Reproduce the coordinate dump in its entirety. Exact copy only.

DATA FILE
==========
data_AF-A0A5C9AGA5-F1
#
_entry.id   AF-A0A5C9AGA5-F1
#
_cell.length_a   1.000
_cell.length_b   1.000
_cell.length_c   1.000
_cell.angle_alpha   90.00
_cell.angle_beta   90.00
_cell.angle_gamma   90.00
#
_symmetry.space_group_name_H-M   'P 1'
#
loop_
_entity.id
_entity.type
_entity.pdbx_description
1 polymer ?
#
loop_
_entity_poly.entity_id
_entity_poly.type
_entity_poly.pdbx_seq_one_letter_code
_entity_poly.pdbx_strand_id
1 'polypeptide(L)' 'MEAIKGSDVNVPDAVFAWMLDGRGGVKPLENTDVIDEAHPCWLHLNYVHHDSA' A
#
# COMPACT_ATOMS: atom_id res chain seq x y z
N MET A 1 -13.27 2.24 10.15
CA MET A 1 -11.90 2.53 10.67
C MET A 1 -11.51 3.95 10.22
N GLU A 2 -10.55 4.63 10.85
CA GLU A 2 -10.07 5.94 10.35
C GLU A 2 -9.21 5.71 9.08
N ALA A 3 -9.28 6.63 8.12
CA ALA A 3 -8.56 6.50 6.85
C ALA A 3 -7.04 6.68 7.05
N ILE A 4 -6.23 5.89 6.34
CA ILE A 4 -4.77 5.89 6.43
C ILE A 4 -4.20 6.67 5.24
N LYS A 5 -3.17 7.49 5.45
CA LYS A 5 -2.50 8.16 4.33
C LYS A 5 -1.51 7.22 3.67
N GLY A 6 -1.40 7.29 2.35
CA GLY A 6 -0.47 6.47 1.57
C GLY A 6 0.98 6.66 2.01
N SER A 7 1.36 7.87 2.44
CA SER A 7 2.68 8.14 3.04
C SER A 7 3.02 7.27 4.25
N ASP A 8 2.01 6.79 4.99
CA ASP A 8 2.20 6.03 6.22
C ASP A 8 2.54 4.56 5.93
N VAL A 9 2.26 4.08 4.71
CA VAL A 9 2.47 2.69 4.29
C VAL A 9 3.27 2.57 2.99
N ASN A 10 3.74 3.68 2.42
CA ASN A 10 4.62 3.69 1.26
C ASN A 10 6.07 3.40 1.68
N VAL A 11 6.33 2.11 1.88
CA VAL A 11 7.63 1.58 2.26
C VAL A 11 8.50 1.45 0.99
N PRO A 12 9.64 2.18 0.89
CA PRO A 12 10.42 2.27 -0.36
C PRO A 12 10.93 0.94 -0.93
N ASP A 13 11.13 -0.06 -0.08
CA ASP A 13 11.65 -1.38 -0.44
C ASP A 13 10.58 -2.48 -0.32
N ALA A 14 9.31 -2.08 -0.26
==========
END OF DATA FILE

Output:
data_AF-A0A5C9AGA5-F1
#
_entry.id   AF-A0A5C9AGA5-F1
#
_cell.length_a   1.000
_cell.length_b   1.000
_cell.length_c   1.000
_cell.angle_alpha   90.00
_cell.angle_beta   90.00
_cell.angle_gamma   90.00
#
_symmetry.space_group_name_H-M   'P 1'
#
loop_
_entity.id
_entity.type
_entity.pdbx_description
1 polymer ?
#
loop_
_entity_poly.entity_id
_entity_poly.type
_entity_poly.pdbx_seq_one_letter_code
_entity_poly.pdbx_strand_id
1 'polypeptide(L)' 'MEAIKGSDVNVPDAVFAWMLDGRGGVKPLENTDVIDEAHPCWLHLNYVHHDSA' A
#
# COMPACT_ATOMS: atom_id res chain seq x y z
N MET A 1 -13.27 2.24 10.15
CA MET A 1 -11.90 2.53 10.67
C MET A 1 -11.51 3.95 10.22
N GLU A 2 -10.55 4.63 10.85
CA GLU A 2 -10.07 5.94 10.35
C GLU A 2 -9.21 5.71 9.08
N ALA A 3 -9.28 6.63 8.12
CA ALA A 3 -8.56 6.50 6.85
C ALA A 3 -7.04 6.68 7.05
N ILE A 4 -6.23 5.89 6.34
CA ILE A 4 -4.77 5.89 6.43
C ILE A 4 -4.20 6.67 5.24
N LYS A 5 -3.17 7.49 5.45
CA LYS A 5 -2.50 8.16 4.33
C LYS A 5 -1.51 7.22 3.67
N GLY A 6 -1.40 7.29 2.35
CA GLY A 6 -0.47 6.47 1.57
C GLY A 6 0.98 6.66 2.01
N SER A 7 1.36 7.87 2.44
CA SER A 7 2.68 8.14 3.04
C SER A 7 3.02 7.27 4.25
N ASP A 8 2.01 6.79 4.99
CA ASP A 8 2.20 6.03 6.22
C ASP A 8 2.54 4.56 5.93
N VAL A 9 2.26 4.08 4.71
CA VAL A 9 2.47 2.69 4.29
C VAL A 9 3.27 2.57 2.99
N ASN A 10 3.74 3.68 2.42
CA ASN A 10 4.62 3.69 1.26
C ASN A 10 6.07 3.40 1.68
N VAL A 11 6.33 2.11 1.88
CA VAL A 11 7.63 1.58 2.26
C VAL A 11 8.50 1.45 0.99
N PRO A 12 9.64 2.18 0.89
CA PRO A 12 10.42 2.27 -0.36
C PRO A 12 10.93 0.94 -0.93
N ASP A 13 11.13 -0.06 -0.08
CA ASP A 13 11.65 -1.38 -0.44
C ASP A 13 10.58 -2.48 -0.32
N ALA A 14 9.31 -2.08 -0.26